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“We wanted to see more craft and soul come back into the guitar market and wanted to be a part of that,” says Bousley.

Not so long ago, Boston-area musicians Austin Bousley and Travis Alexander found themselves suffering from the same affliction that plagues countless guitarists. The gear-junkie friends had budgets that simply couldn’t satiate their taste for the vintage, custom, and unique instruments they’d “constantly drool over” at local shops. And feeling that many modern-day production instruments lacked what they loved in vintage and custom guitars, they decided they wanted to do something about it. “We wanted to see more craft and soul come back into the guitar market and wanted to be a part of that,” says Bousley.

About six years ago, the two started out slowly by hot rodding and refinishing guitars they already owned. Not long after that, they partnered with two other friends and officially launched Venture Guitars as a team of four. Today, the mostly self-taught group of builders works out of a shop in Pawtucket, Rhode Island, where they build custom instruments in whatever style and configuration their customers can dream up.

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Châteauneuf says that any form of art, be it architecture or African art, can be a source of inspiration for him.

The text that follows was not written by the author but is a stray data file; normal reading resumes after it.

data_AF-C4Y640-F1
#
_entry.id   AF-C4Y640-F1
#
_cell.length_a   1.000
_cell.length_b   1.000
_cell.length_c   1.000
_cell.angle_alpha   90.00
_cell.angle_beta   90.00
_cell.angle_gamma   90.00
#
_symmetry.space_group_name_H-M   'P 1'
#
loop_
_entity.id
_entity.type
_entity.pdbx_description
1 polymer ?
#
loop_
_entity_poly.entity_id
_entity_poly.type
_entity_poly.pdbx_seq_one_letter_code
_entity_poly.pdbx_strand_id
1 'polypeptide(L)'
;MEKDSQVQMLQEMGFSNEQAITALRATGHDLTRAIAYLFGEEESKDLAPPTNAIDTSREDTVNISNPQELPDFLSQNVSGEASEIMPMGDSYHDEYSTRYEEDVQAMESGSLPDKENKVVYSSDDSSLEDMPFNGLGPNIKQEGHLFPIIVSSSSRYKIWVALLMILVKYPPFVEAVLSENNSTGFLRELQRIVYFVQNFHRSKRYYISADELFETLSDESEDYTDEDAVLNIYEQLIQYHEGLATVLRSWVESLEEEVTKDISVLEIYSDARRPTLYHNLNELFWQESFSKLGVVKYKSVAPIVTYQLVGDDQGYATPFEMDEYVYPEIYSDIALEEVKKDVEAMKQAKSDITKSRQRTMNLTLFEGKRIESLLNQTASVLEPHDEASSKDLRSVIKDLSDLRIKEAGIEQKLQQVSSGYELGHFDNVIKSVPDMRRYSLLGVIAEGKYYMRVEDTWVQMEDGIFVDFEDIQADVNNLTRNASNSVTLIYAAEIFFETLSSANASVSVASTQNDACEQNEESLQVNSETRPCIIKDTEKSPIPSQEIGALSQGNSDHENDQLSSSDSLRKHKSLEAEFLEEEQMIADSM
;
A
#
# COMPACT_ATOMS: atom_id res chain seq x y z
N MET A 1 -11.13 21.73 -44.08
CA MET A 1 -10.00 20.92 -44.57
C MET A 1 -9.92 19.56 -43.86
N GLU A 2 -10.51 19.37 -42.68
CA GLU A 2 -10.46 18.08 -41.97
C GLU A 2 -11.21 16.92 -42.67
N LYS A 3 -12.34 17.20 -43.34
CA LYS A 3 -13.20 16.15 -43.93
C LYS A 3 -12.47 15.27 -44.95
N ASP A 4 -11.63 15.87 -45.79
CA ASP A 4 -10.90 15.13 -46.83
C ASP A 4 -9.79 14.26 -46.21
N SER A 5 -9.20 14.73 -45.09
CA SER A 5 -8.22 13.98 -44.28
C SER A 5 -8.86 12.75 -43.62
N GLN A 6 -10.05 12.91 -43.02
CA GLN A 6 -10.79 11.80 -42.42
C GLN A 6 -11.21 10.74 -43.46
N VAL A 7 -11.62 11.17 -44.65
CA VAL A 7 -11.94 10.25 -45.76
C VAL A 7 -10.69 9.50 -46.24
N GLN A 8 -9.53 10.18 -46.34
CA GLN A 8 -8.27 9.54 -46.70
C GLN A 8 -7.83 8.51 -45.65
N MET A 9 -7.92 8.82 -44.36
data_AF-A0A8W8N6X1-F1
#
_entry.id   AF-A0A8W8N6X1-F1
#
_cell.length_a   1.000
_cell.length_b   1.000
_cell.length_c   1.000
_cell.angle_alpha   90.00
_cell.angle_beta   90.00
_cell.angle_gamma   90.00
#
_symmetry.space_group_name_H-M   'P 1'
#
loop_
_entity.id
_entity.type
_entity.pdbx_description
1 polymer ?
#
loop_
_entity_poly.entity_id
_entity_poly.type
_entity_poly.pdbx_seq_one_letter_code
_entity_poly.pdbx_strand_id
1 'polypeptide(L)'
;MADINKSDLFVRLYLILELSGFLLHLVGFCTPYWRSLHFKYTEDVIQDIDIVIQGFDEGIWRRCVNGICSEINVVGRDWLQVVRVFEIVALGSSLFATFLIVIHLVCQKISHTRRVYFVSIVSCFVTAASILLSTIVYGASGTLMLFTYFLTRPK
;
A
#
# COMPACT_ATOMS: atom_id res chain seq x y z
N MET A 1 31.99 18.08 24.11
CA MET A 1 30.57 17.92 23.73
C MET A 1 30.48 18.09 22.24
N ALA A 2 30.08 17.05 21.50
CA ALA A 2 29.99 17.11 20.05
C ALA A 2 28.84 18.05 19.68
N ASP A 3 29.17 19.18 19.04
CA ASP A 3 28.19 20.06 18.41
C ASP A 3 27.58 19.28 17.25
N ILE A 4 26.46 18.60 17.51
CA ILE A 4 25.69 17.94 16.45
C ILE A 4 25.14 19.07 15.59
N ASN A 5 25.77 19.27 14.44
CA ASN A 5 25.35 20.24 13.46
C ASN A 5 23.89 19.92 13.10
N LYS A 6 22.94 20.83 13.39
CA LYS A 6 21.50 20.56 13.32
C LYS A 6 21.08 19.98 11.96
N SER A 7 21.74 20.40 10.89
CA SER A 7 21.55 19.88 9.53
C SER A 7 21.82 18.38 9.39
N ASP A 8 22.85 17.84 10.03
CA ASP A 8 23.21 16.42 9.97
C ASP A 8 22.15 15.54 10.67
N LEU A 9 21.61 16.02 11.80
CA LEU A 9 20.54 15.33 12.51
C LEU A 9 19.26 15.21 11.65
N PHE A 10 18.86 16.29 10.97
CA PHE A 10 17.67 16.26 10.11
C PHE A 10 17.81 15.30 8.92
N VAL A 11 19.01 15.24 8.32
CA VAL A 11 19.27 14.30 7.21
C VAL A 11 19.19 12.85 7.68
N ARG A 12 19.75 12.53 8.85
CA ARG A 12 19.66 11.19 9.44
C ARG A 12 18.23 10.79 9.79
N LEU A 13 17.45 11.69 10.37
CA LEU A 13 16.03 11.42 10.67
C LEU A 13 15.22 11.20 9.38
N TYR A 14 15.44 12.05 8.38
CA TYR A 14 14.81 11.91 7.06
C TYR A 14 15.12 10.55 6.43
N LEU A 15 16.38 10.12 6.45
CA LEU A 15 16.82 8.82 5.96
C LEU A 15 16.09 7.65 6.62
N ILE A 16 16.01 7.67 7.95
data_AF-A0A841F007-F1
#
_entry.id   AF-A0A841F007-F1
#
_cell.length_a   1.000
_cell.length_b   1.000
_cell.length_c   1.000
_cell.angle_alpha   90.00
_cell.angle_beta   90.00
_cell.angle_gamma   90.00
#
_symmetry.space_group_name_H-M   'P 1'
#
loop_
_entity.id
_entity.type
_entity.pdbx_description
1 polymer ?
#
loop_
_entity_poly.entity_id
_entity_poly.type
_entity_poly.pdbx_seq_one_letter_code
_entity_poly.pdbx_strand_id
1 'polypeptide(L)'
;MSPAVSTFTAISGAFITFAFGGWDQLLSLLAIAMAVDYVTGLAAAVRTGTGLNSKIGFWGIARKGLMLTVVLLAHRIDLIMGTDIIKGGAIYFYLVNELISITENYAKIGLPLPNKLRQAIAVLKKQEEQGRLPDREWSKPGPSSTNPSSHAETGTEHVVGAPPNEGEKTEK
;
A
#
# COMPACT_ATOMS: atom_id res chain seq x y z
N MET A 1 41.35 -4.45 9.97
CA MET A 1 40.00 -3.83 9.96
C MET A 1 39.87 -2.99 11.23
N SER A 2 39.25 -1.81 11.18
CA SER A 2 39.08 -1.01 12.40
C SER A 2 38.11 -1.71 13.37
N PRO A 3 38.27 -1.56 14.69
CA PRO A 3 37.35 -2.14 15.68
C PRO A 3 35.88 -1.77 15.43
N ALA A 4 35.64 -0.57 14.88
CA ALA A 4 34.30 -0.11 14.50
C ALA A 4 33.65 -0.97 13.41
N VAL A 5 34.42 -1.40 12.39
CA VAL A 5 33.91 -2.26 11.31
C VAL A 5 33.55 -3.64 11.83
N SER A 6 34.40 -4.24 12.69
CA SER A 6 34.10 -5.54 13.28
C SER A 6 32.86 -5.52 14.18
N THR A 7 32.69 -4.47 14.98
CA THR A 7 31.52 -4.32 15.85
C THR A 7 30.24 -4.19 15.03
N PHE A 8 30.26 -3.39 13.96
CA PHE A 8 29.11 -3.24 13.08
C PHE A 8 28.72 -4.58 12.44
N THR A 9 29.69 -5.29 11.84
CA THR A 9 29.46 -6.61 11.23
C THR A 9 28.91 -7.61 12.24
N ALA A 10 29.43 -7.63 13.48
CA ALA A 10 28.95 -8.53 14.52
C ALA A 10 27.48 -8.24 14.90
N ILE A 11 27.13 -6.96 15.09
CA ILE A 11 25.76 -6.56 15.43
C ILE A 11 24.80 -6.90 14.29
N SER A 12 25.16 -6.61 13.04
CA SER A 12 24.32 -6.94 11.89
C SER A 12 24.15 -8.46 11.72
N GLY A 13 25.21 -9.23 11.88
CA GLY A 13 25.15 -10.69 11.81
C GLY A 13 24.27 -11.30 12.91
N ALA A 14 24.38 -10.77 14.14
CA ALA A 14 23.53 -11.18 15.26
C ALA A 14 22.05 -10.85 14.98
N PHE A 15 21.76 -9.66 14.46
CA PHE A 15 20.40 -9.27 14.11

Pierre-Marie Châteauneuf, who handcrafts guitars out of a one-man workshop in the small town of Montferrier-sur- Lez outside Montpelier in Southern France, says it was Slash that “injected the guitar venom” into him when he was 14. That same year, he got his first taste of lutherie when he sought someone to fix his very first guitar that was “just impossible to play.”

Châteauneuf had always been good with his hands—growing up he built toys with his amateur-woodworker grandfather. At age 16, he made his unofficial start as a luthier when his best friend approached him to fix a broken-in-two guitar. Because the result was so successful, several other guitar-playing friends started coming to Châteauneuf with their instruments.

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One creation that sets Hartung apart is his unique “flow-carving” design, which he developed in 2002 and uses on many of his instruments.

Frank Hartung considers his work a calling more than an occupation. He first became attracted to the world of lutherie because of the dissatisfaction he experienced with an expensive guitar made by a large, American company. The issues this guitar had were intriguing, and forced him to deal with materials and construction details and how they relate to each other. Eventually, this led Hartung down the road to building his first guitar.

It was a success for a few reasons: his vocational training as a carpenter, experience with the particularities of woods, and some valuable advice from fellow German luthier Ulrich Teuffel. Hartung quickly drew the attention of experts and musicians who encouraged him to continue building. While the budding luthier appreciated the accolades, it was the satisfaction of building with his own hands that inspired him the most, and he went on to craft instruments on a part-time basis for several years under the name of Forge Guitars. Over time, the awareness of his guitars increased and the orders piled up—so much that he quit his day job to become a full-time luthier under his own name.

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